Breckenridge town council rejects all roundabout sculpture finalists
Breckenridge is wiping the slate clean, starting a new search for a sculpture in the roundabout at the north entrance of town.
The other finalists included “Dreams and Gravity,” by Ilan Averbuch; “Mountain Embrance,” by Denny Haskew; and “Summit Gold,” by Seth Vandable. The art commission received 260 responses to its initial call to artists, posted in October 2013.
“I don’t think any one of the four pieces are appropriate for the roundabout coming into town,” Councilman Gary Gallagher said.
Jennifer Cram, arts district manager, said “Syncline” was chosen because the commission felt it best met the creative intent requirements, and people would come to Breckenridge to see the piece because Paley is a well-known artist.
All seven council members agreed not to move forward with the proposed designs, mainly responding to negative public feedback about the choices. However, the council agreed to purchase the Paley sculpture and place it in a different location, providing the necessary funds to continue the search process for a roundabout piece.
“I’d like to see a process that results with a consensus between the art commission and the community,” Councilman Ben Brewer said.
The commission reviewed applications in December 2013 and narrowed the field to the four finalists. Those artists prepared proposals and scale models to show the commission and public on Feb. 19. At the March 5 art commission meeting, the nine members discussed the finalists and selected the Paley piece to recommend to the town council.
Gallagher said he appreciated the recommendation and hard work of the art commission, and understood how a piece like Paley’s could bring visitors and art enthusiasts to town, but thought the piece should be viewed up close, with people getting the chance to walk around it and read more about the artist and the piece itself. He suggested placing it near the Riverwalk Center or another area downtown.
“We want an iconic piece, that the Eiffel Tower is to Paris or the (Gateway) Arch is to St. Louis,” he said. “It has to represent something more than itself. I don’t see any piece speaking to Breckenridge, certainly not when you enter the town.”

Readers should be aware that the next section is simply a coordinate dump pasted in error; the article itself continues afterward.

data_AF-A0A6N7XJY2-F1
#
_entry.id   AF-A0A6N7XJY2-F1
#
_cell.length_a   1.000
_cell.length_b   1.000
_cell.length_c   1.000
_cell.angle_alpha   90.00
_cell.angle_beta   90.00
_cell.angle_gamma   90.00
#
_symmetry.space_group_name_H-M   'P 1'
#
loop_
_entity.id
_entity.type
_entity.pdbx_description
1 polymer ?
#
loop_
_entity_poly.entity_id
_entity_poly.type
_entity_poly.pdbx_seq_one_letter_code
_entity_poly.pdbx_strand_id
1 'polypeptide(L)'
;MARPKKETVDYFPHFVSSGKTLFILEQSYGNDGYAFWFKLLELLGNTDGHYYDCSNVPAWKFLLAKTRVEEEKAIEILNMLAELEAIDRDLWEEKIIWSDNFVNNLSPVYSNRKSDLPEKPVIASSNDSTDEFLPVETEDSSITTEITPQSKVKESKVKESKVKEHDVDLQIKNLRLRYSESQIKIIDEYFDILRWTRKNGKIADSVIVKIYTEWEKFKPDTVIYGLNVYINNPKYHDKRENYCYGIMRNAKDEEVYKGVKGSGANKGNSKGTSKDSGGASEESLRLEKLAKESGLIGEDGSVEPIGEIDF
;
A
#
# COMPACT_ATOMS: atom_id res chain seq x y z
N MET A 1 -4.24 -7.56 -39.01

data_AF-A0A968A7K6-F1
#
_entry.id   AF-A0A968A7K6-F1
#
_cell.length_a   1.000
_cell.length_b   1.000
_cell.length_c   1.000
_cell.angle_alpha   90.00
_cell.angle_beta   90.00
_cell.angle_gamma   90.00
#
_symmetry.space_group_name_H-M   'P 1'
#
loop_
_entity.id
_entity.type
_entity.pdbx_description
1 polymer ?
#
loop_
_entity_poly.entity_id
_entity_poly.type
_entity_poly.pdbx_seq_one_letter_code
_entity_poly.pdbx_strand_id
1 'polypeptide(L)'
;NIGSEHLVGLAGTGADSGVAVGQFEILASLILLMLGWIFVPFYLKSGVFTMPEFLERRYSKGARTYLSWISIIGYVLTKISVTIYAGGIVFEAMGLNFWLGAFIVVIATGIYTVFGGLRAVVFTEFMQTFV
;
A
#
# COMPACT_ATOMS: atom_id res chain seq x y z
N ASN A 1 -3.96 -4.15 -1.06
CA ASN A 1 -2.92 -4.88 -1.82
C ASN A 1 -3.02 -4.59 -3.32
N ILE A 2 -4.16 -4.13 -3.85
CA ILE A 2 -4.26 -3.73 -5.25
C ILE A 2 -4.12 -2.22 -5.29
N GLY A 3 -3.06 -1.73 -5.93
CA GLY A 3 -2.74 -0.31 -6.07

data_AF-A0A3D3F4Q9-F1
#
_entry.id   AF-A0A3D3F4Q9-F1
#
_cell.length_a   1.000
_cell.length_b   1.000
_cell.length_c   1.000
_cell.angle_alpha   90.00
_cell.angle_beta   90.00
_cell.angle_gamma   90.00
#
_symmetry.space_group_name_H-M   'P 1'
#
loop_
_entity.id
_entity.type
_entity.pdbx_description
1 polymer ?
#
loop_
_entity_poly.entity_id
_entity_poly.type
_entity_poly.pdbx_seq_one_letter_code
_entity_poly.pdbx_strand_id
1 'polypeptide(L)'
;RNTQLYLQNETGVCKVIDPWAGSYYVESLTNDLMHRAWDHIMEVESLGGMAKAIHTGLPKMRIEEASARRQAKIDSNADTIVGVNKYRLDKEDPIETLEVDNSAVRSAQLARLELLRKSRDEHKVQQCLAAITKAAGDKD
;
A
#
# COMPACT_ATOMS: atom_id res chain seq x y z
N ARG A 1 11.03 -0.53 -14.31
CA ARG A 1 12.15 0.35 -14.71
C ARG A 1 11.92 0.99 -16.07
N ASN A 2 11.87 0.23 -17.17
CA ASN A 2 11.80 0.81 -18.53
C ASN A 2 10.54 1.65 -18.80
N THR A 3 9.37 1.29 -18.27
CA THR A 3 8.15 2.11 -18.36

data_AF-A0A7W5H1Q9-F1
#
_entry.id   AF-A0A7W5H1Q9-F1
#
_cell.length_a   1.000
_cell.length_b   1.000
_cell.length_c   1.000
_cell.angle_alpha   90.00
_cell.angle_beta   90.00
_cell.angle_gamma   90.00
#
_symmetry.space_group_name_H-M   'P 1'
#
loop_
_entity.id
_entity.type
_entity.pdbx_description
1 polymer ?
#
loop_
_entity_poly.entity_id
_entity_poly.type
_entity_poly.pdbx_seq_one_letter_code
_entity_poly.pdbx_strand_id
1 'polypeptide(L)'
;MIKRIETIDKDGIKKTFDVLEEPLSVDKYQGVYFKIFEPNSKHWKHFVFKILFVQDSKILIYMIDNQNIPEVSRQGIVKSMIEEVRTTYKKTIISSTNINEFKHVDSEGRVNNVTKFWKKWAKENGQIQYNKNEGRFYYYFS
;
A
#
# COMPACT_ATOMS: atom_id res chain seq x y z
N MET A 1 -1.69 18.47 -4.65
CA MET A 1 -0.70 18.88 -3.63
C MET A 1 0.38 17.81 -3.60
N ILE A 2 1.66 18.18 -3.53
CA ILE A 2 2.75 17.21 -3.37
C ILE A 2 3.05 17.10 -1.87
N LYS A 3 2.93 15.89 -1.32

Councilman Mark Burke suggested possibly commissioning a piece of art instead, though Mayor John Warner warned, “We don’t want to design a piece of art by committee.”
A majority of the public, both online at EngageBreckenridge.com and at the public presentation, voted for Vandable’s piece showing a skier, but the feedback overwhelmingly noted none of the four seemed to represent the town.
In her written report to council about the commission’s decision, Cram wrote, “The overall atmosphere for comments was rather negative. … Public input is very important, however the emotional response of the public does not take into consideration all of the details of the project that the Commission must consider for a piece to be the best fit for the Creative Intent, location and overall growth of the collection.”
But Councilwoman Wendy Wolfe said she heard loud and clear the public did not want to see any of the four final designs.
“It’s our obligation to listen to those comments,” she said. “I do respect the arts commission and taking it to a higher level, so to speak, but we’re hearing this isn’t the place to take it to a higher level. The roundabout is a front door, we want something quickly to say, ‘You are in Breckenridge.’”
While the council did agree the Paley piece had the correct sense of scale, Councilwoman Jennifer McAtamney questioned whether the roundabout was even the right place for an entrance sculpture.
“You can’t get close to it, and we need to keep traffic flowing,” she said. “I don’t think you create a connection with people in that space.”
In her report, Cram wrote the commission thought the sculpture “may not be immediately embraced by the community at first glance, and agreed that public education should be a priority to help the public understand contemporary art in general and Albert Paley as a world-renowned sculptor.”
Cram was unable to reach Paley on March 12 to see if he was receptive to having his sculpture purchased by the town for another location.
The art commission will hold a special meeting next week, then return to town council March 25 to seek more direction on how to proceed. Cram said it can be challenging to find art the public can relate to while having the piece be meaningful for the location and to the town’s collection.
“The commission feels like … it was a win-win,” she said. “We are still looking for the perfect sculpture for the roundabout, and hopefully we can work with Paley to locate the sculpture somewhere in our cultural spine.”
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